Archives for FUBAR

Rising health care costs keep the doctor away

One in four Americans said in a survey that someone in the family put off needed health care in the past year because of cost, including 16 percent who postponed surgery or a doctor's visit for chronic illness.

In all, 53 percent of Americans in the Kaiser Family Foundation poll released Wednesday said they or a family member living with them cut back on health care in one or more ways to save money in the past 12 months.

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So, is the economy really on the rebound?

I'm beginning to hear the welcome sounds of an economy starting to rouse itself out of slumber. I'm not saying it's turned around yet, or anything close to that. I'm just sensing and hoping that bottom may have been struck, or that the slide is starting to slow. We may still be months, if not years, away from economic growth. But the speed of the crash seems to be slowing.

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We need you and you need us

As the son of a journalist who became an ink-stained wretch himself, I take the current crisis in the newspaper industry rather personally. (So does the bank holding the mortgage on my house.) In the Internet age, the problem with the print media is similar to that of the world's oldest profession, to which it is often compared, although print journalists tend not to be as attractive under a street light.

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Grasping at straws? Let’s grasp

With consumer confidence at a record low, home prices in record decline, a major stock-market index at a 12-year low, stocks selling so low that the New York Stock Exchange is considering listing penny stocks and major retailers reporting a significant decline in profits, we may be grasping at straws here. BUT:

Federal Reserve Board chief Ben Bernanke is telling Congress that the recession could -- could -- end this year and we'll be on our way to recovery next year. He called that "a reasonable prospect."

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Holder coverage reveals media flaws

Today we take a tough-truth look at just why it is that many Americans seem to believe that the word "liberal'' is really just a prefix to the word "media.''

Consider the coverage of the Feb. 18 remarks by Attorney General Eric H. Holder Jr. at the Justice Department's African American History Month Program. Or, as you probably better know it, Holder's "nation of cowards" speech.

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So, who’s watching over our food safety?

So, a guy walks into a restaurant. Who makes sure his food is safe? It depends on what he eats.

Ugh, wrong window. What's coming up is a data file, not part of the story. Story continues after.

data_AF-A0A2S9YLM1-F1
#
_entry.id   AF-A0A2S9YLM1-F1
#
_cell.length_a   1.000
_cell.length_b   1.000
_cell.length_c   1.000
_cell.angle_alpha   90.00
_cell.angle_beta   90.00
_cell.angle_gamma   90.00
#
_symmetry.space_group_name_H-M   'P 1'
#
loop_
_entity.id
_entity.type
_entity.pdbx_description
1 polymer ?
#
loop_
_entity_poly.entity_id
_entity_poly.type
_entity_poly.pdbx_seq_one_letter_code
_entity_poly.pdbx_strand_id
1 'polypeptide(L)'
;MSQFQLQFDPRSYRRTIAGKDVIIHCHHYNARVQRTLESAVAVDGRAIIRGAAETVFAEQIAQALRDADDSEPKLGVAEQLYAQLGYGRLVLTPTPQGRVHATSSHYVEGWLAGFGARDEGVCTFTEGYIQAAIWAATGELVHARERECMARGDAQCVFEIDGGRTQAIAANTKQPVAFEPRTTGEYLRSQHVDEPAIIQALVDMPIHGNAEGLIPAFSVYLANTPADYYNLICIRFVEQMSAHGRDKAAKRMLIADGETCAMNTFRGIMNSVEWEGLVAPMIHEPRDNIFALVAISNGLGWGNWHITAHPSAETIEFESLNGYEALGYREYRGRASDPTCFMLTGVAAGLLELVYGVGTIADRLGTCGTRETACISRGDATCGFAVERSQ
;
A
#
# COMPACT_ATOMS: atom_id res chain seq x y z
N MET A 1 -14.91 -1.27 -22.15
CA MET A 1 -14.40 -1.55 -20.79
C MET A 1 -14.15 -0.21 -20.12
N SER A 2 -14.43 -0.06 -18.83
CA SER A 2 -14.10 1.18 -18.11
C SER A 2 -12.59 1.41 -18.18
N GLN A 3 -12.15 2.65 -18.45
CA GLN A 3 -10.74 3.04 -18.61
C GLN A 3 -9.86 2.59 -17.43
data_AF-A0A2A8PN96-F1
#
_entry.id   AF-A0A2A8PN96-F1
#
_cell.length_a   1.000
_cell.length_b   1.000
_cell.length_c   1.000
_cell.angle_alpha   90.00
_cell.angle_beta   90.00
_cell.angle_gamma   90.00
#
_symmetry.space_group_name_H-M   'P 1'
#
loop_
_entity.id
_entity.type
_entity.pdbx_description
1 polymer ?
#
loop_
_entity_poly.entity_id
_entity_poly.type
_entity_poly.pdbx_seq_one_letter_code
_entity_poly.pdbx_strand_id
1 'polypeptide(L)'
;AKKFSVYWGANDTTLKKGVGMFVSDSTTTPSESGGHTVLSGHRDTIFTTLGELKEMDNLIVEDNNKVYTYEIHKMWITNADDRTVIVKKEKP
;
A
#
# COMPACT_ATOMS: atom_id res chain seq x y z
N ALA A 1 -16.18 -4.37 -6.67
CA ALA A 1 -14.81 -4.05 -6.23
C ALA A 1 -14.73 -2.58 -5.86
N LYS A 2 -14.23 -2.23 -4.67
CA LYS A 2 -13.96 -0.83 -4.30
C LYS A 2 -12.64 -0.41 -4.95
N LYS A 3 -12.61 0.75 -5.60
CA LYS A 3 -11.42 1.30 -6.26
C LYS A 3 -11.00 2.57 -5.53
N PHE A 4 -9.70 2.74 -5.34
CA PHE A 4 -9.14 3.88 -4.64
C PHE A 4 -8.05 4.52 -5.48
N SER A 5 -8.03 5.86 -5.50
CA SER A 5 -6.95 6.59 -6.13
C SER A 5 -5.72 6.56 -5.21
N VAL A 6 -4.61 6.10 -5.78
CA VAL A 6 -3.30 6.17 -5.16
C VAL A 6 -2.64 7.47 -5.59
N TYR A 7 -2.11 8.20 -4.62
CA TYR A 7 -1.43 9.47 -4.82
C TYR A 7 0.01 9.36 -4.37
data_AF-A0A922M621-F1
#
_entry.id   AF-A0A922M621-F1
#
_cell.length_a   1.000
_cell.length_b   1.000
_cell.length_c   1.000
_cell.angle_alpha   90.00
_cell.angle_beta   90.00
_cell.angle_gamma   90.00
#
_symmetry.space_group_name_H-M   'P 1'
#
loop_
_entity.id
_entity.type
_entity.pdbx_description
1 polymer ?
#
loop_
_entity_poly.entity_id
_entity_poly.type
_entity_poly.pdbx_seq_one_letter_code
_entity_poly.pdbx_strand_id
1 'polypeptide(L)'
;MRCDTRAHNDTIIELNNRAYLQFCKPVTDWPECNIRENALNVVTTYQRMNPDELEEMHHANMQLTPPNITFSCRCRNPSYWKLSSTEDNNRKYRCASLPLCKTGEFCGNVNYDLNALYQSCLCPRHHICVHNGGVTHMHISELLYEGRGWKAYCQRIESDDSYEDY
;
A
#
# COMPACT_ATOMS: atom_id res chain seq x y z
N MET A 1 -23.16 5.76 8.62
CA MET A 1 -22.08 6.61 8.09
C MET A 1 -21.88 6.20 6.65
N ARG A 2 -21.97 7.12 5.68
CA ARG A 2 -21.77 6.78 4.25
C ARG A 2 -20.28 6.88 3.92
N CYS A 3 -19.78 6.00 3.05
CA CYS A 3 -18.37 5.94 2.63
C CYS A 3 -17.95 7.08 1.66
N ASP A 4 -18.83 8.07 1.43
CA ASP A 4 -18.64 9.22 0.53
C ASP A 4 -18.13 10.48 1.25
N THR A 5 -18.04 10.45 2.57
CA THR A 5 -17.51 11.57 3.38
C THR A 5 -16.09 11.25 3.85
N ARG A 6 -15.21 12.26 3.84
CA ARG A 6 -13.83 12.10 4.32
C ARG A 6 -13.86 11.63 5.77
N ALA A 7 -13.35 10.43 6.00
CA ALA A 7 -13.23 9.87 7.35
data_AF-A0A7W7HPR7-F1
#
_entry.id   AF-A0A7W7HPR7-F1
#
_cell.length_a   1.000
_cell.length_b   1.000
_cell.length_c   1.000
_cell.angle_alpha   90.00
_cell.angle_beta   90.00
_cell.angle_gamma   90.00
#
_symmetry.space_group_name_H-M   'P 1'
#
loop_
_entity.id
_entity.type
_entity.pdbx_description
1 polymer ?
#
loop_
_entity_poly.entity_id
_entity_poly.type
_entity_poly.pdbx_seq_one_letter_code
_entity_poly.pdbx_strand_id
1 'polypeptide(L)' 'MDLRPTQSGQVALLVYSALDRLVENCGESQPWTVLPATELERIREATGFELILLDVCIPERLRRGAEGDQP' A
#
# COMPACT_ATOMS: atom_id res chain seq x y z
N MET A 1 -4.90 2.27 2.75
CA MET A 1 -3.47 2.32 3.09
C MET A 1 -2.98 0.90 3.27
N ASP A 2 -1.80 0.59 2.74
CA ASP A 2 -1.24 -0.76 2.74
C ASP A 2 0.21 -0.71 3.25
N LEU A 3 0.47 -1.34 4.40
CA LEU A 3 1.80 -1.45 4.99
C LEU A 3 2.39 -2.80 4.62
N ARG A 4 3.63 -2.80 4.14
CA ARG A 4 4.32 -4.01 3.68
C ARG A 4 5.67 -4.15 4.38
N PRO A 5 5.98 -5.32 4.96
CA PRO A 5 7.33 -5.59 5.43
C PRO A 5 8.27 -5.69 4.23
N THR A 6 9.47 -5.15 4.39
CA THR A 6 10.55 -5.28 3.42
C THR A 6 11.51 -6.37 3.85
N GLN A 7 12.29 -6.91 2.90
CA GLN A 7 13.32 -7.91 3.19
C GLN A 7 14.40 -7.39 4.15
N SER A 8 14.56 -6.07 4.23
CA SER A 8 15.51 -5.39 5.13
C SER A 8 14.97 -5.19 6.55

A cheese pizza that arrived at the restaurant frozen? The Food and Drug Administration is in charge of inspecting it.

A frozen pepperoni pizza? That's the Agriculture Department.

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Health care costs top $8,000 per person

A new government report on medical costs paints a stark picture for President Barack Obama, who is expected to call for a health care overhaul in a speech Tuesday night to a joint session of Congress.

Even before lawmakers start debating how care is delivered to the American people, the report shows the economy is making the job of reform harder.

Health care costs will top $8,000 per person this year, consuming an ever-bigger slice of a shrinking economic pie, says the report by the Department of Health and Human Services, due out Tuesday.

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Fix recession first, then tackle the deficit

Just how worrisome our national debt has become was readily evident when Secretary of State Hillary Clinton publicly thanked the Chinese for buying so much of it.

The national debt is the cumulative total of the federal government's annual budget deficits, which got out of control during the Bush administration and are now, it is generally agreed, at unsustainable levels. They erode our economic power internationally and cede a certain amount of control over our economy to outsiders.

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Gloom becomes self-fulfilling prophecy

With psychology playing such a major role in the deepening world economic crisis, it is more urgent than ever for those assigned with trying to find a way out to at least display a stiff upper lip. Yet politicians can't resist doing what they do best, shooting off their mouths and producing dire consequences.

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Army charity makes millions, doesn’t help veterans

As soldiers stream home from Iraq and Afghanistan, the biggest charity inside the U.S. military has been stockpiling tens of millions of dollars meant to help put returning fighters back on their feet, an Associated Press investigation shows.

Between 2003 and 2007 — as many military families dealt with long war deployments and increased numbers of home foreclosures — Army Emergency Relief grew into a $345 million behemoth. During those years, the charity packed away $117 million into its own reserves while spending just $64 million on direct aid, according to an AP analysis of its tax records.

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